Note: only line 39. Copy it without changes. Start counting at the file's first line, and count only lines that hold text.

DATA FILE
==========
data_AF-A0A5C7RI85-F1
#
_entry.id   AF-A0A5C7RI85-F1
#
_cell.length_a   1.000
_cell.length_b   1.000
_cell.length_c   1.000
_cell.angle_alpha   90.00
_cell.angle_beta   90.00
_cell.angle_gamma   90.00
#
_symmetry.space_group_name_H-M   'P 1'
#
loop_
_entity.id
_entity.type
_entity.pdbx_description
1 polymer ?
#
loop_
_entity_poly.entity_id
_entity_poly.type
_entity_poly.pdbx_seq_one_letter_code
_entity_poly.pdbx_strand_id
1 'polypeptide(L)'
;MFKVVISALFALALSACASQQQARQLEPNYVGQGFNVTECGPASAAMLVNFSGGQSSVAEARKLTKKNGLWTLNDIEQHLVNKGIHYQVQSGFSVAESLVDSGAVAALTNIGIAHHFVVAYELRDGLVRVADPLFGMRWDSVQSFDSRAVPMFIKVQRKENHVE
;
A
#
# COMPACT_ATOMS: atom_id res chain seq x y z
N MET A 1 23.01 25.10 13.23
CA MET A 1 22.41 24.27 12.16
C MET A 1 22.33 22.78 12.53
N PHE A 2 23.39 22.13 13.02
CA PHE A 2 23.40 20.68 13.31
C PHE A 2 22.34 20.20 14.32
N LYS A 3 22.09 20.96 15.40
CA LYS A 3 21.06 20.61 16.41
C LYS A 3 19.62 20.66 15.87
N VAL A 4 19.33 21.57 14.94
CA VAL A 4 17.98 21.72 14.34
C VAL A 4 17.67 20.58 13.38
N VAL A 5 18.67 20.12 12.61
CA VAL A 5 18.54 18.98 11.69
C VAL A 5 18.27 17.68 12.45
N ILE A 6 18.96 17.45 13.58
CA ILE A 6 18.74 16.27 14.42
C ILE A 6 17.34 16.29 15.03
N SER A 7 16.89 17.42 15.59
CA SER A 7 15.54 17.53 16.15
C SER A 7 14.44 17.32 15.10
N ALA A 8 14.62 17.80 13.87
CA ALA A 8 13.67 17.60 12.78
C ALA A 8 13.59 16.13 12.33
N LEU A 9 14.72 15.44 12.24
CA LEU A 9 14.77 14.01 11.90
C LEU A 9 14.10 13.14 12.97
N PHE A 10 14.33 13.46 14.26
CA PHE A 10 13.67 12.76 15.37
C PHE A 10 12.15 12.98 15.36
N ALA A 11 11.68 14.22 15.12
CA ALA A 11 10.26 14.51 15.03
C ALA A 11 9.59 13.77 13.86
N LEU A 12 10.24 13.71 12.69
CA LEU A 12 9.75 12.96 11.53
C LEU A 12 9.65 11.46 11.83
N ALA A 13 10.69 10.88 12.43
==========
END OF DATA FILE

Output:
C LYS A 3 19.62 20.66 15.87